An isocyanate has the functional group with the formula R–N=C=O. Organic compounds that contain an isocyanate group are referred to as isocyanates. A di-isocyanate is an isocyanate that has two isocyanate groups. Di-isocyanates are manufactured for reactions with polyols in the production of polyurethanes.
Isocyanates are produced by treating amines with phosgene: RNH2 + COCl2 → RNCO + 2 HCl. Phosgene is a highly hazardous material, and the production of isocyanates requires special precautions and care.
Isocyanates are reactive toward a variety of nucleophiles including alcohols, amines, and water. Upon treatment with an alcohol, an isocyanate forms a urethane linkage: ROH + R'NCO → ROC(O)N(H)R' . If a di-isocyanate is treated with a compound containing two or more hydroxyl groups, such as a diol or a polyol, polymer chains are formed, which are known as polyurethanes.
In addition, isocyanates react with water (the hydroxyl) to form carbon dioxide: RNCO + H2O → RNH2 + CO2, which is used for the production of polyurethane to give polyurethane foams. The carbon dioxide functions as a blowing agent.
Chemistry – Isocyanates/Polyisocyanates
Of the roughly 85% of non-CASE applications, the polyisocyanates (PI) utilized are either Methylene Diphenyl Diisocyanate (MDI, CAS 101-68-8 and 9016-87-9) and Toluene Diisocyanate (TDI); 2,4-TDI (CAS: 584-84-9) and 2,6-TDI (CAS: 91-08-7).
The mixture of diisocyanates known as TDI consists of two isomers:
The starting material is methylbenzene (toluene). When it reacts with mixed acid (nitric and sulfuric), two isomers of nitromethylbenzene (NMB) are the main products.
Both TDI and MDI are aromatic compounds, and as such, provide relatively poor resistance to ultraviolet (sun)light, and therefore are not used in coatings applications where sunlight is particularly harsh, but rather in uses where UV is not a concern. TDI is mainly used to make flexible polyurethane foam that can be found in a wide range of products, including furniture, bedding, carpet underlay and packaging. TDI is also used in the manufacture of some coatings, sealants, adhesives and elastomers. TDI helps produce lighter automobile seating and headliners, saving weight and making vehicles more energy efficient. MDI is used primarily to make rigid polyurethane foams such as insulation for appliances such as refrigerators, and many other uses. Insulation made with MDI can help save heating and cooling costs, Vehicle parts like dashboards, steering wheels and bumpers are also made of MDI.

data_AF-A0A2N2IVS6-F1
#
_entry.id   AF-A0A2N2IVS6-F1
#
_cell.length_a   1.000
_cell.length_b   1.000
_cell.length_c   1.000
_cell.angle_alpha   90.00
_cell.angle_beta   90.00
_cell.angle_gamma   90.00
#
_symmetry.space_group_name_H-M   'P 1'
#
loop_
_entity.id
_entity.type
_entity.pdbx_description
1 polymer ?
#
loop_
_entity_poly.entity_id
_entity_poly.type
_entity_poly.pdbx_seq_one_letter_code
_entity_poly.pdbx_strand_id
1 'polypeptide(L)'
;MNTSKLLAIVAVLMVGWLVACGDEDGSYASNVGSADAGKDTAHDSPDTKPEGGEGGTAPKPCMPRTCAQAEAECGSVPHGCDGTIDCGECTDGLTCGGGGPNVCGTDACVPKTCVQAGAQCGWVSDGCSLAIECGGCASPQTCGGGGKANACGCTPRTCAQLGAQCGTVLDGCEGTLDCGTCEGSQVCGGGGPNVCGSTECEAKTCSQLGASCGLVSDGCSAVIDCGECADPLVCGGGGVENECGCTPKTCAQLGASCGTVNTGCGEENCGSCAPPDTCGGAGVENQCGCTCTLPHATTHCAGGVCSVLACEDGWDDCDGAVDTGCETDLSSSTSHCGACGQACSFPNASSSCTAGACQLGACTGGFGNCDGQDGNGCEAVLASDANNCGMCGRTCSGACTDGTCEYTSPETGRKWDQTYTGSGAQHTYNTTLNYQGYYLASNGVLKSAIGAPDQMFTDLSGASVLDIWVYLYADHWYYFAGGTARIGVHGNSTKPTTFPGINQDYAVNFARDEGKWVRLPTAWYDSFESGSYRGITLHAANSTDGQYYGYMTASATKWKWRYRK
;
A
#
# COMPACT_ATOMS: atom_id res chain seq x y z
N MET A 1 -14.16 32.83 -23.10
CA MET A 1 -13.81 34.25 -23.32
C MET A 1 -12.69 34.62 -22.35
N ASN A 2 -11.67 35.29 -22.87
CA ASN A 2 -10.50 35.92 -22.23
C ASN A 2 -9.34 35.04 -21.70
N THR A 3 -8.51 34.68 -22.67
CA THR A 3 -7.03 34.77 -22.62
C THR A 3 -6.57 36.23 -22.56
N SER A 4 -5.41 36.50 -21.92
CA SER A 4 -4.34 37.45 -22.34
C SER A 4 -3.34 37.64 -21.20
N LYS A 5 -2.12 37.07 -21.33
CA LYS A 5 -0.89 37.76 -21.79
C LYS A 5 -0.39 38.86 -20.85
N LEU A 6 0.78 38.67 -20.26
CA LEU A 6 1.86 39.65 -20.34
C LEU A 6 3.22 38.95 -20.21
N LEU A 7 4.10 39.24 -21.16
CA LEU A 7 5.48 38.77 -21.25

The starting materials are phenylamine (aniline) and methanal (formaldehyde) which react together to form a mixture of amines, known as MDA (methylenedianiline). This mixture reacts with carbonyl chloride (phosgene) to produce MDI in a similar way to the manufacture of TDI. MDI contains the diisocyanates isomers: 2, 4’-MDI, 2,2’-MDI and 4,4’-MDI. The term MDI refers to the mixture of the three isomers in Figure 3. They can be separated by distillation.
Less widely used, but still important, are the aliphatic diisocyanates, including hexamethylene diisocyanate (HDI), hydrogenated MDI (H12MDI), and isophorone diisocyanate (IPDI). However, even in coatings, only 3-5% utilize aliphatic PI, while the remaining 95-97% employ aromatics. HDI, H12MDI and IPDI are most often further reacted to form polyisocyanates, or pre-polymers, which are used to form color-stable polyurethane coatings and elastomers, that can significantly enhance a product’s appearance, lengthen its lifespan and offer high abrasion resistance.